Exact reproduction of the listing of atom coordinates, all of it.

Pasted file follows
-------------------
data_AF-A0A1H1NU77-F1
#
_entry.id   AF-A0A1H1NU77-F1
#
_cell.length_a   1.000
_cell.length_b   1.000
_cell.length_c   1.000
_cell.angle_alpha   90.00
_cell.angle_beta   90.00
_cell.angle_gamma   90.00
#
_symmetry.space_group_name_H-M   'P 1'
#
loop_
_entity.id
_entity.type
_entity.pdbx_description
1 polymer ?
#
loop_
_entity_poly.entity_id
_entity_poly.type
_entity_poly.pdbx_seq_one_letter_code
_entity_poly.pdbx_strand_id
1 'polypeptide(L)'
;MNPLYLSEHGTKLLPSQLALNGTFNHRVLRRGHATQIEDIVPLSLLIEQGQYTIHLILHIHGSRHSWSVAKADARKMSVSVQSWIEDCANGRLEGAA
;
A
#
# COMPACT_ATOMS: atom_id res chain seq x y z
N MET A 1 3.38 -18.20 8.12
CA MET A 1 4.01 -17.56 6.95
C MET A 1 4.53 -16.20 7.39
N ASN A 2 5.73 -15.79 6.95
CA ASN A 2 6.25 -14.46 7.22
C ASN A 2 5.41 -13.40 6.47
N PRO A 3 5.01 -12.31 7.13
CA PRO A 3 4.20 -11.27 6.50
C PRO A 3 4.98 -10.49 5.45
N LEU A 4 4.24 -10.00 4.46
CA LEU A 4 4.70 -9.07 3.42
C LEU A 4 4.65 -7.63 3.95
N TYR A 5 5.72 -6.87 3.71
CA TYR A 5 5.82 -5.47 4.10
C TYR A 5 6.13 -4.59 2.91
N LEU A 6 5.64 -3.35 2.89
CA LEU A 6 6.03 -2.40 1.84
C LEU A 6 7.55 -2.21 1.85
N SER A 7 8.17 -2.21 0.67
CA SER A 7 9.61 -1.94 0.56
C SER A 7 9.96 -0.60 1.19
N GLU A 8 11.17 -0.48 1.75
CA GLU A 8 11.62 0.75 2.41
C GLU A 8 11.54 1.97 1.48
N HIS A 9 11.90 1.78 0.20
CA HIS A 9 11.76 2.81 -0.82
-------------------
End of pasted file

data_AF-A0A1H1NU77-F1
#
_entry.id   AF-A0A1H1NU77-F1
#
_cell.length_a   1.000
_cell.length_b   1.000
_cell.length_c   1.000
_cell.angle_alpha   90.00
_cell.angle_beta   90.00
_cell.angle_gamma   90.00
#
_symmetry.space_group_name_H-M   'P 1'
#
loop_
_entity.id
_entity.type
_entity.pdbx_description
1 polymer ?
#
loop_
_entity_poly.entity_id
_entity_poly.type
_entity_poly.pdbx_seq_one_letter_code
_entity_poly.pdbx_strand_id
1 'polypeptide(L)'
;MNPLYLSEHGTKLLPSQLALNGTFNHRVLRRGHATQIEDIVPLSLLIEQGQYTIHLILHIHGSRHSWSVAKADARKMSVSVQSWIEDCANGRLEGAA
;
A
#
# COMPACT_ATOMS: atom_id res chain seq x y z
N MET A 1 3.38 -18.20 8.12
CA MET A 1 4.01 -17.56 6.95
C MET A 1 4.53 -16.20 7.39
N ASN A 2 5.73 -15.79 6.95
CA ASN A 2 6.25 -14.46 7.22
C ASN A 2 5.41 -13.40 6.47
N PRO A 3 5.01 -12.31 7.13
CA PRO A 3 4.20 -11.27 6.50
C PRO A 3 4.98 -10.49 5.45
N LEU A 4 4.24 -10.00 4.46
CA LEU A 4 4.70 -9.07 3.42
C LEU A 4 4.65 -7.63 3.95
N TYR A 5 5.72 -6.87 3.71
CA TYR A 5 5.82 -5.47 4.10
C TYR A 5 6.13 -4.59 2.91
N LEU A 6 5.64 -3.35 2.89
CA LEU A 6 6.03 -2.40 1.84
C LEU A 6 7.55 -2.21 1.85
N SER A 7 8.17 -2.21 0.67
CA SER A 7 9.61 -1.94 0.56
C SER A 7 9.96 -0.60 1.19
N GLU A 8 11.17 -0.48 1.75
CA GLU A 8 11.62 0.75 2.41
C GLU A 8 11.54 1.97 1.48
N HIS A 9 11.90 1.78 0.20
CA HIS A 9 11.76 2.81 -0.82